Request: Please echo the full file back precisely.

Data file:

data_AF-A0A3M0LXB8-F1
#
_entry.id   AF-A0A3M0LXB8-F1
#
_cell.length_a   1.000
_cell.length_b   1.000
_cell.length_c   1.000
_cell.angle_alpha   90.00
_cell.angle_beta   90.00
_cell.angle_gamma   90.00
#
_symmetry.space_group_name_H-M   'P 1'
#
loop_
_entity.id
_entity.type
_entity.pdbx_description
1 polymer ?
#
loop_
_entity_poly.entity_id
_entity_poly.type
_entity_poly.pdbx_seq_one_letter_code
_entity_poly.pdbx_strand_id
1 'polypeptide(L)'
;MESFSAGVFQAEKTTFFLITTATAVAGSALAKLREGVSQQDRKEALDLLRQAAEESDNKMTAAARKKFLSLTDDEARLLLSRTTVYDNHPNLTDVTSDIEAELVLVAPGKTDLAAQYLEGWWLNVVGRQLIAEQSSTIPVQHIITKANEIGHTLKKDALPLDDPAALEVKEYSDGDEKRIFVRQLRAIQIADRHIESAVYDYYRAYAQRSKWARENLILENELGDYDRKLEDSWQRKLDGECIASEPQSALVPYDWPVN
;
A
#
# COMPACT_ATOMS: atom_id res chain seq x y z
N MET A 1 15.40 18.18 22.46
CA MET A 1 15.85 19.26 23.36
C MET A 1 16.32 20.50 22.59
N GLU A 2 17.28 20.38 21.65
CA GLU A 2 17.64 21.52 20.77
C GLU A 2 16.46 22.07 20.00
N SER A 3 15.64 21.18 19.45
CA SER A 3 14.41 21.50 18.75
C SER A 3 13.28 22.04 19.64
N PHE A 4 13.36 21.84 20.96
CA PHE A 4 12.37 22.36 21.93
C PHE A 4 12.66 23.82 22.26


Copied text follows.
data_AF-A0A3M0LXB8-F1
#
_entry.id   AF-A0A3M0LXB8-F1
#
_cell.length_a   1.000
_cell.length_b   1.000
_cell.length_c   1.000
_cell.angle_alpha   90.00
_cell.angle_beta   90.00
_cell.angle_gamma   90.00
#
_symmetry.space_group_name_H-M   'P 1'
#
loop_
_entity.id
_entity.type
_entity.pdbx_description
1 polymer ?
#
loop_
_entity_poly.entity_id
_entity_poly.type
_entity_poly.pdbx_seq_one_letter_code
_entity_poly.pdbx_strand_id
1 'polypeptide(L)'
;MESFSAGVFQAEKTTFFLITTATAVAGSALAKLREGVSQQDRKEALDLLRQAAEESDNKMTAAARKKFLSLTDDEARLLLSRTTVYDNHPNLTDVTSDIEAELVLVAPGKTDLAAQYLEGWWLNVVGRQLIAEQSSTIPVQHIITKANEIGHTLKKDALPLDDPAALEVKEYSDGDEKRIFVRQLRAIQIADRHIESAVYDYYRAYAQRSKWARENLILENELGDYDRKLEDSWQRKLDGECIASEPQSALVPYDWPVN
;
A
#
# COMPACT_ATOMS: atom_id res chain seq x y z
N MET A 1 15.40 18.18 22.46
CA MET A 1 15.85 19.26 23.36
C MET A 1 16.32 20.50 22.59
N GLU A 2 17.28 20.38 21.65
CA GLU A 2 17.64 21.52 20.77
C GLU A 2 16.46 22.07 20.00
N SER A 3 15.64 21.18 19.45
CA SER A 3 14.41 21.50 18.75
C SER A 3 13.28 22.04 19.64
N PHE A 4 13.36 21.84 20.96
CA PHE A 4 12.37 22.36 21.93
C PHE A 4 12.66 23.82 22.26